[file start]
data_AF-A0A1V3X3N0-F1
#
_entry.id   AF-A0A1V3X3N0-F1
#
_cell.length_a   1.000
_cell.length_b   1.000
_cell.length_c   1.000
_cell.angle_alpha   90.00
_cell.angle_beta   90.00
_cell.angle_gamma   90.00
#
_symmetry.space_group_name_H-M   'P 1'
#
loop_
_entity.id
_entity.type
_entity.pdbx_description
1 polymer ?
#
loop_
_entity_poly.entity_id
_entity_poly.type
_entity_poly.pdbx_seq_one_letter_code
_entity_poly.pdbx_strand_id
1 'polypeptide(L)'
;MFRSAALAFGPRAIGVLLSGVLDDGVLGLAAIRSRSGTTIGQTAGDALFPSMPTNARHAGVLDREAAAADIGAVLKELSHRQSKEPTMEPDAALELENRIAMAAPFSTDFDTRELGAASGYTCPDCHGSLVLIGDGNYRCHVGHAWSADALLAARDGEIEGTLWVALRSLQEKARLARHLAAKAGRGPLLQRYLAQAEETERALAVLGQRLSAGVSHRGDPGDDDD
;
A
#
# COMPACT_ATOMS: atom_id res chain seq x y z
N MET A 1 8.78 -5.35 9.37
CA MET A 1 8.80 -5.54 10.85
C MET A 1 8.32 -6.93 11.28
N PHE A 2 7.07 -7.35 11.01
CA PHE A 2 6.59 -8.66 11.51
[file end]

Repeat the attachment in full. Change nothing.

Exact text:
data_AF-A0A1V3X3N0-F1
#
_entry.id   AF-A0A1V3X3N0-F1
#
_cell.length_a   1.000
_cell.length_b   1.000
_cell.length_c   1.000
_cell.angle_alpha   90.00
_cell.angle_beta   90.00
_cell.angle_gamma   90.00
#
_symmetry.space_group_name_H-M   'P 1'
#
loop_
_entity.id
_entity.type
_entity.pdbx_description
1 polymer ?
#
loop_
_entity_poly.entity_id
_entity_poly.type
_entity_poly.pdbx_seq_one_letter_code
_entity_poly.pdbx_strand_id
1 'polypeptide(L)'
;MFRSAALAFGPRAIGVLLSGVLDDGVLGLAAIRSRSGTTIGQTAGDALFPSMPTNARHAGVLDREAAAADIGAVLKELSHRQSKEPTMEPDAALELENRIAMAAPFSTDFDTRELGAASGYTCPDCHGSLVLIGDGNYRCHVGHAWSADALLAARDGEIEGTLWVALRSLQEKARLARHLAAKAGRGPLLQRYLAQAEETERALAVLGQRLSAGVSHRGDPGDDDD
;
A
#
# COMPACT_ATOMS: atom_id res chain seq x y z
N MET A 1 8.78 -5.35 9.37
CA MET A 1 8.80 -5.54 10.85
C MET A 1 8.32 -6.93 11.28
N PHE A 2 7.07 -7.35 11.01
CA PHE A 2 6.59 -8.66 11.51